JK Rowling is possibly the most renowned and successful author in recent history.
She’s penned seven bestselling books in the Harry Potter series and made millions of dollars.
But her life hasn’t always been easy. When the first Harry Potter book was published in 1997, JK Rowling was a single mother, who was living on benefits in Edinburgh.
She felt like a failure and was being treated for clinical depression.
That’s why she wrote the Dementors into the series (their name is a blend of ‘tormentor’ and ‘dement’) to explore her own experience with depression.
This is how Rowling described them in the book, “If it can, the Dementor will feed on you long enough to reduce you to something like itself… soulless and evil.
“You’ll be left with nothing but the worst experiences of your life.”
Rowling wrote that they “freeze your insides” and “they don’t need walls” to keep their prisoners in, because their prisoners become “trapped inside their own heads”.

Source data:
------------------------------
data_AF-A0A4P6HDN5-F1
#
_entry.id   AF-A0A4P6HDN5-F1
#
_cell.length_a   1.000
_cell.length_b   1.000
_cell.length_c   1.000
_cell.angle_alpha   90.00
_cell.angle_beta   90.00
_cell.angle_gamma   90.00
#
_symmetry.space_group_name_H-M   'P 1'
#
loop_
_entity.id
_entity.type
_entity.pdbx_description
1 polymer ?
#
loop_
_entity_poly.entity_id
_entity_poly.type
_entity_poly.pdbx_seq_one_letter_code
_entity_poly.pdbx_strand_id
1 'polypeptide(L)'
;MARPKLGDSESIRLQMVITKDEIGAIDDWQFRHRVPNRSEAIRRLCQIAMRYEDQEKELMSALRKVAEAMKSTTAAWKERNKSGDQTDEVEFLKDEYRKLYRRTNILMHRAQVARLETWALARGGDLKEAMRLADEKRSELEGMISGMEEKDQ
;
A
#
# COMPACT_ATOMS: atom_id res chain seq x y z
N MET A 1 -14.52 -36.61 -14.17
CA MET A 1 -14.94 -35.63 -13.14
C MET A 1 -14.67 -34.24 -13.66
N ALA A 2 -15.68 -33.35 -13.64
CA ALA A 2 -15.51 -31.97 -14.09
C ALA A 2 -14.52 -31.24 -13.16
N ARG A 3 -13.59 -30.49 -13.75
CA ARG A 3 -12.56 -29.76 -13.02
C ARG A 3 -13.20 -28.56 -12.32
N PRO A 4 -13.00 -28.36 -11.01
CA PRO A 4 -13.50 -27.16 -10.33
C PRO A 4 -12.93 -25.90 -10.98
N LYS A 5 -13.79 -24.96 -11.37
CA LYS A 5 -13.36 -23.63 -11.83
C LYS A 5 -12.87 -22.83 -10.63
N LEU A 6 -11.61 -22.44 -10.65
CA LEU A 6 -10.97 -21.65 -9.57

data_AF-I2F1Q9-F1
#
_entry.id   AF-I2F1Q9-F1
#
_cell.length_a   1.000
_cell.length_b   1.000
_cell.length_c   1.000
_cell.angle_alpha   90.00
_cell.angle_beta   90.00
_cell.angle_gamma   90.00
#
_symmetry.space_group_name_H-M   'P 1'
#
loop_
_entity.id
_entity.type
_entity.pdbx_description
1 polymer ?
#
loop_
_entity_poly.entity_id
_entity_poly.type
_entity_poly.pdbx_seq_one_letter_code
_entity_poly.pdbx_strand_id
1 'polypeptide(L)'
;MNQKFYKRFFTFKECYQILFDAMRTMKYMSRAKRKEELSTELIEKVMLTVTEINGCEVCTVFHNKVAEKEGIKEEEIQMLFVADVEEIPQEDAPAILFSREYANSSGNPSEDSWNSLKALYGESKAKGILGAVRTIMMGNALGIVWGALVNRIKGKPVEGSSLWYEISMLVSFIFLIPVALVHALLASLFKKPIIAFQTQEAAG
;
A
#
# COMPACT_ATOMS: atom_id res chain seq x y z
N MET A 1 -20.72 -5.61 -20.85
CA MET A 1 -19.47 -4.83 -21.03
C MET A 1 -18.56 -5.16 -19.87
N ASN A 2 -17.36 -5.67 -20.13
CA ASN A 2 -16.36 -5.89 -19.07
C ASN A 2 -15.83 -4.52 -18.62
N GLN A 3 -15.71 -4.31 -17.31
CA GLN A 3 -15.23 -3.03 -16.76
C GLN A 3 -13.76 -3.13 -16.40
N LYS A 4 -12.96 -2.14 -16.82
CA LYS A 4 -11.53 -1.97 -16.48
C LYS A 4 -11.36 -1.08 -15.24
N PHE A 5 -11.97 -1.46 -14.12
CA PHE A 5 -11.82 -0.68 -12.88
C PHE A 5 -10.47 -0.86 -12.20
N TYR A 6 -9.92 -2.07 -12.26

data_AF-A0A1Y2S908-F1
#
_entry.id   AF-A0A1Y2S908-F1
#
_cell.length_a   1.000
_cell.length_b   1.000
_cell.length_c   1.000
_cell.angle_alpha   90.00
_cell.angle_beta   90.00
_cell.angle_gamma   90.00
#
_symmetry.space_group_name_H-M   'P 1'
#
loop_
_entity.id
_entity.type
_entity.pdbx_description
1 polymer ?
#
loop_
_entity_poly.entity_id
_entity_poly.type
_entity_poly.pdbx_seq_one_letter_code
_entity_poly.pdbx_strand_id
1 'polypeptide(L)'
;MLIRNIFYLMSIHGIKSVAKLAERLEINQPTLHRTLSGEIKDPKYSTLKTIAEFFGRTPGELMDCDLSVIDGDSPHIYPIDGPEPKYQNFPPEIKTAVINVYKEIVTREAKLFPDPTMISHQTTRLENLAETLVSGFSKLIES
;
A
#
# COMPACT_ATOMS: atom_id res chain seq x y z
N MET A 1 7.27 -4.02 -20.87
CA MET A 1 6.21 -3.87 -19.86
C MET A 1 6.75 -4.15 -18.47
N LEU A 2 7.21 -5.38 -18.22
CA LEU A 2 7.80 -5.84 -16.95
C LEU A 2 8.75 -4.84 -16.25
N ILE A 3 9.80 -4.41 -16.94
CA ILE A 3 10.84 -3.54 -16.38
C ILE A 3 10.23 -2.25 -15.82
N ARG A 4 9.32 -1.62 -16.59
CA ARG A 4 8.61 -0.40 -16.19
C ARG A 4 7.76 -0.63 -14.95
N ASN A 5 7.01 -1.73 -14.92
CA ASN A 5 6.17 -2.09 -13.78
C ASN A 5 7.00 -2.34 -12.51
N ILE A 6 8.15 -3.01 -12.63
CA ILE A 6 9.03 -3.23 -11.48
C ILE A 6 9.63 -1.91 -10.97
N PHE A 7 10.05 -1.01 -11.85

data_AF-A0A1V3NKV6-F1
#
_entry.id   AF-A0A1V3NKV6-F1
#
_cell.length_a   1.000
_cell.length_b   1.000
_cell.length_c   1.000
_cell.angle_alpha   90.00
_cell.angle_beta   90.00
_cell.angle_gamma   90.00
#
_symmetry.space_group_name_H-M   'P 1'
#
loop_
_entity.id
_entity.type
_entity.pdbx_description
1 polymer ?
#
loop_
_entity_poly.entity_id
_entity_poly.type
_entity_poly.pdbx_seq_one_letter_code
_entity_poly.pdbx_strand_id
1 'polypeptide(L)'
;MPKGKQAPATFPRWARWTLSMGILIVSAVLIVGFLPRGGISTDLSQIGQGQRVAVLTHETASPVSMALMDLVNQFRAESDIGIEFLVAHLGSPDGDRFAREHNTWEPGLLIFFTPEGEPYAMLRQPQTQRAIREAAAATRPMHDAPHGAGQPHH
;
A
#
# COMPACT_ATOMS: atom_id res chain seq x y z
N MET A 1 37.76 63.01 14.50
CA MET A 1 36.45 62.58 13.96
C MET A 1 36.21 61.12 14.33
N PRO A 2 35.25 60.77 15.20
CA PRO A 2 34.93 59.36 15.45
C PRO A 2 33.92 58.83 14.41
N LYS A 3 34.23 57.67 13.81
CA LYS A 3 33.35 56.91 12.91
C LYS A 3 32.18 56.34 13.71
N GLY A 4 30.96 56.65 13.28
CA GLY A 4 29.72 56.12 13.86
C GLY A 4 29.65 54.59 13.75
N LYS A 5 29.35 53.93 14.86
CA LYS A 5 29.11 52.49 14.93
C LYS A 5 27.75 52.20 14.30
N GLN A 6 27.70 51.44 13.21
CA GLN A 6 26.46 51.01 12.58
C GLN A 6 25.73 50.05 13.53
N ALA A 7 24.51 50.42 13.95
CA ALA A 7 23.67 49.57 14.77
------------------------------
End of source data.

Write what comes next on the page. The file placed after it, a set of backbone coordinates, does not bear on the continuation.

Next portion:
Rowling, obviously, was eventually able to defeat her own Dementors and she went on to pen the first Harry Potter book.
“I had an old typewriter and a big idea. I had failed on an epic scale. I was jobless, a lone parent and as poor as it is possible to be in Modern Britain without being homeless,” she’s said.
“Rock bottom became the solid foundation on which I rebuilt my life.”
The story goes the idea for the novel that started it all, Harry Potter and the Philosopher’s Stone, came to Rowling during a four-hour delayed train ride while she was working at the Chamber of Commerce in Manchester. She begun writing the stories on her typewriter before moving to Portugal to become an English teacher.